In the aftermath of Fox News’ brief ratings slump following Trump’s election loss, the network shook up its weekday lineup and leaned harder into overt right-wing commentary. This resulted in booting 7 p.m. “straight news” anchor Martha MacCallum to mid-afternoon and replacing her hour with a nightly opinion talk show.
Jesse Watters Primetime was an immediate hit with the right-wing cable giant’s audience, instantly dominating its time slot and quickly becoming one of the top five shows on cable.
By the spring, the early evening program passed Hannity’s primetime offering in total audience, drawing an average of 2.92 million viewers to Hannity’s 2.89 million in April, though Hannity did maintain a slim lead over Watters in the key demographic.
Hannity’s show was able to claw its way to a third-place finish for the second quarter of the year, pulling in an average of 2.73 million total viewers to Watters’ 2.69 million, while beating Jesse Watters Primetime in the advertising demographic by nearly 50,000 viewers. But June and July, separately, told a different story. Watters once again edged out Hannity in total viewership in June while closing the gap in the 25-54 demographic. The following month, Watters expanded his lead in overall audience by more than 100,000 viewers and came within 13,000 of Hannity in the key advertising demographic.
Of course, while Hannity’s ratings dominance at Fox has long ended, he continues to routinely top his competitors at both CNN and MSNBC (especially now that Rachel Maddow is only broadcasting once a week). Additionally, Hannity’s show has gained overall viewership compared to this time last year, up seven percent in total audience.
The sustained ascendancy of Carlson, Gutfeld, and Watters—more “own the libs” culture warriors than card-carrying Trumpists—while Hannity, a member of Trump’s inner circle, continues to sink cannot be simply chalked up to a growing perception that the network is distancing itself from Trump’s cult of personality.
Instead, the most likely explanation comes from Hannity’s inability to evolve with the changing right-wing media landscape—one that has long moved into darker ideological terrain after decades of loyally defending and touting the Republican Party above all else.
“The fundamental thing about Hannity is that he’s not an ideas guy. He’s a cheerleader,” explained Matthew Sheffield, a former right-wing media figure turned critic. Prior to launching Flux, an independent media outlet, Sheffield was a co-founder of NewsBusters, a right-wing watchdog regularly featured on Hannity’s show and across Fox programming. In recent years, Sheffield has become a vocal critic of conservative media, spending much of his energy now decrying how “damaging” it has been to the American public.
“[Hannity] is not a creative person. He just wants to have the same guests on all the time talking about the same things,” he continued. “And for the more angry, reactionary, Christian types, that’s just not enough for them anymore. They want more anger, more ambitiousness. And they certainly don’t want to hear what Lindsey Graham has to say.”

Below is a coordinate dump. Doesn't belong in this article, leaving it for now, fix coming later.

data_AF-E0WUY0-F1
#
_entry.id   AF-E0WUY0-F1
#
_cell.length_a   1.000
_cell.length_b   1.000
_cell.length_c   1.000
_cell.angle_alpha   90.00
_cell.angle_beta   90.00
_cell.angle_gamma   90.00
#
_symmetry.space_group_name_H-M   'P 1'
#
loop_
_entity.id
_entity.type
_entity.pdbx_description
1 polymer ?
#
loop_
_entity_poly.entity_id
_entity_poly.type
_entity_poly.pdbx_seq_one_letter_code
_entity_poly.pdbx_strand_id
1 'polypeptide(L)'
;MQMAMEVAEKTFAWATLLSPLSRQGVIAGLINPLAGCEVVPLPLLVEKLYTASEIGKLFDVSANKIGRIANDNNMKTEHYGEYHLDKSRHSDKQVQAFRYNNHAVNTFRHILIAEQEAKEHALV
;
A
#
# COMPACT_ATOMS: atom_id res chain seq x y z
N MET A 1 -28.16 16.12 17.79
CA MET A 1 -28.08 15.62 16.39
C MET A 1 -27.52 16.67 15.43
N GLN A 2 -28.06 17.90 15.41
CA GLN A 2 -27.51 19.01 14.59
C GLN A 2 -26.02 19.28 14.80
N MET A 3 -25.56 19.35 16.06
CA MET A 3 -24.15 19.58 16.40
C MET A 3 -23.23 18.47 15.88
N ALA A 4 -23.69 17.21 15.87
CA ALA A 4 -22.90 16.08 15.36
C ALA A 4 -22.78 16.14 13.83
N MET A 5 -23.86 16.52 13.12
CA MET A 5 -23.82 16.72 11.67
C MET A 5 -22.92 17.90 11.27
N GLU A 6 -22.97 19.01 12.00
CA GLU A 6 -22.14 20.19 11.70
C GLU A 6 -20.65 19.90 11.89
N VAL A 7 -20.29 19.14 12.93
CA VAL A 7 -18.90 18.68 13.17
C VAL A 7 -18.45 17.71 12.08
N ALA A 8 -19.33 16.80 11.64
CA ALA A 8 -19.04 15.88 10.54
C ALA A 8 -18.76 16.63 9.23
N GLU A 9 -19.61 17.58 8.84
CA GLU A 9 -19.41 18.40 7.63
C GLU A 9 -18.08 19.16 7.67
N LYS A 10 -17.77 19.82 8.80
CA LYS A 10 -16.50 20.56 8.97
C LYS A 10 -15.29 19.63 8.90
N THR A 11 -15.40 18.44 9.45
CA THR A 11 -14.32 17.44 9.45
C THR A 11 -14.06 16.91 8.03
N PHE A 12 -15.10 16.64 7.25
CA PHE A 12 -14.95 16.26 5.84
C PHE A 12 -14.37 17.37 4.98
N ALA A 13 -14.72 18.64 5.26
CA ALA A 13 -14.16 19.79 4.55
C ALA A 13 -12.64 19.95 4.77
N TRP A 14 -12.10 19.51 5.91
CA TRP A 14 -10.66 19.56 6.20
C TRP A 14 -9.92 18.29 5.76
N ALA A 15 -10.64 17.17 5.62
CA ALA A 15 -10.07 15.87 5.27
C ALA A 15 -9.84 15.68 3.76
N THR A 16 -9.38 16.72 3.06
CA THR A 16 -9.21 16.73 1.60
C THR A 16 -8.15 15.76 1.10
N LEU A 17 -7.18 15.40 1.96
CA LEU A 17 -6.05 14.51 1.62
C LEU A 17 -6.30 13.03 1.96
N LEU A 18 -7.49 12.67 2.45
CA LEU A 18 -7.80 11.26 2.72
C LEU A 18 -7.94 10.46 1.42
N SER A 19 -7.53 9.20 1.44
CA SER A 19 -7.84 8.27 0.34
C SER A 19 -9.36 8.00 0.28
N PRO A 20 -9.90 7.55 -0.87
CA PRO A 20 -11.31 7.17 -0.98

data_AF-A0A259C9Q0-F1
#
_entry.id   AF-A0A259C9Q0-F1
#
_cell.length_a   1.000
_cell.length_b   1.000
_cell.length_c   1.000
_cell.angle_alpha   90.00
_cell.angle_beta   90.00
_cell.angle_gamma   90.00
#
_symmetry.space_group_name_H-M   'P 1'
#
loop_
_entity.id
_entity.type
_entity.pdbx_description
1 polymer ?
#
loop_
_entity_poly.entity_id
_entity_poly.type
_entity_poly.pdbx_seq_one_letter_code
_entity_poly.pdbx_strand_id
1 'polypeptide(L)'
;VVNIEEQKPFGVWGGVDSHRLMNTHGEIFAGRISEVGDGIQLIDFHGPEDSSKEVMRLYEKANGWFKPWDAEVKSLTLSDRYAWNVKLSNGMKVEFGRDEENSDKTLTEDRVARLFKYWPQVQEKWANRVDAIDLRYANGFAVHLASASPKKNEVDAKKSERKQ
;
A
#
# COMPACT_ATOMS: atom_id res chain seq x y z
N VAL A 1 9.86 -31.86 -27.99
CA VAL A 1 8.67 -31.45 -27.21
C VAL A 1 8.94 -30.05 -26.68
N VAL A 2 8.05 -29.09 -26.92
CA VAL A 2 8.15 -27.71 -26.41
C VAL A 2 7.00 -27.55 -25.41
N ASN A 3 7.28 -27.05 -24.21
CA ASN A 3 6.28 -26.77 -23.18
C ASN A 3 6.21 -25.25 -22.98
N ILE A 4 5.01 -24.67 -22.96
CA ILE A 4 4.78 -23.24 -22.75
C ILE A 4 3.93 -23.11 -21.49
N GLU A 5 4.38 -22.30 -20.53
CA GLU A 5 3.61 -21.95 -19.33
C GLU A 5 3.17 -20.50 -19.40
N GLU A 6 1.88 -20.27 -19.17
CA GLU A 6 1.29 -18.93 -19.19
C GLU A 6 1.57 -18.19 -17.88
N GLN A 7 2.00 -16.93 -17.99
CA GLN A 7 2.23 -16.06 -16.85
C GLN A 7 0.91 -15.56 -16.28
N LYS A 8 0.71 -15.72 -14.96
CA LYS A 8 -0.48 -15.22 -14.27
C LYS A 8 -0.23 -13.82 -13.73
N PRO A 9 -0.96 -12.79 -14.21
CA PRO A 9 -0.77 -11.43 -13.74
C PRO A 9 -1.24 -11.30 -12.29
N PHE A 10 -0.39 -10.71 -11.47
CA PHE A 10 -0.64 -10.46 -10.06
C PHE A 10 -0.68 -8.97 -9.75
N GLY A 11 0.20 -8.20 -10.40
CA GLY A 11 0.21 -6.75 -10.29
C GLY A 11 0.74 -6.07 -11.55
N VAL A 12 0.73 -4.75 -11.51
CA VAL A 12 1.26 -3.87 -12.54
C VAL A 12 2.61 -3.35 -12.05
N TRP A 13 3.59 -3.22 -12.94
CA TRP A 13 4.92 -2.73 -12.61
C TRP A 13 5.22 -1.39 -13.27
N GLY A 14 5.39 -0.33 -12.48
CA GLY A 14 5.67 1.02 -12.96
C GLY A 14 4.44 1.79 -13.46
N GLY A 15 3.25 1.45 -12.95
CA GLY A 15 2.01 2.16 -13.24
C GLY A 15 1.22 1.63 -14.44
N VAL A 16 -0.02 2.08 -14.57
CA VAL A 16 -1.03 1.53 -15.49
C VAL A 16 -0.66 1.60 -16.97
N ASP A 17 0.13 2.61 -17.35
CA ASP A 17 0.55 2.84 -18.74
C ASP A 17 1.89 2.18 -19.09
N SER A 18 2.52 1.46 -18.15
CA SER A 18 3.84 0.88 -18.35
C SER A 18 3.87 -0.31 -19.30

This analysis of Hannity’s fall from the top was echoed by Andrew Lawrence, deputy director of rapid response at liberal watchdog Media Matters for America.
“I think that the establishment of the Republican Party, their influence is kind of waning a little bit,” Lawrence said. “I think that they’re sort of following the lead of the ‘blood and soil’ base, which is where Tucker draws his influence from. And I think Fox News has kind of moved to that to try to appeal to that ‘blood and soil’ base more so than getting Republicans elected.”
Sheffield, meanwhile, noted that hosts like Carlson, Gutfeld, and Watters seem to understand better than Hannity that Fox’s hardcore viewership generally believes itself to be constantly besieged and aggrieved—that they are outnumbered, loathed, and excluded from an elite, largely liberal popular culture.
“What Watters gives to them is that he tries to turn it on its head and make fun of the left. That’s most of what he’s doing,” Sheffield explained. “It hits a better emotional tone for them to be making snide remarks about Democrats rather than just trotting [establishment Republican lawmakers] out again.”
Lawrence similarly suggested that Watters et al better fit the network’s current business model largely revolving around “ginning up outrage cycles” and stoking culture-war controversy. Hannity, on the other hand, only seems to draw headlines for his attachment to Trump’s time in office. “His controversies come [when] it’s revealed during a congressional hearing that his texts to Trump said x, y, or z,” Lawrence remarked.
Another possible explanation for Hannity’s decline among Fox’s viewership, Sheffield said, is in his most frequent guests. While Sen. Graham, House Minority Leader Kevin McCarthy, and Fox News punching bag Geraldo Rivera were once staples of the network’s overall programming, such guests are now viewed with a general suspicion from the ideological right.
“They hate these people. And if you look at those other shows, they’re not bringing these people on,” Sheffield asserted. “He’s like a loyal dog who will just keep coming back to the house, because it’s the only thing he knows.”
Lawrence was far more concise in his overall assessment of Hannity’s decline: “His show is just bad television at this point.”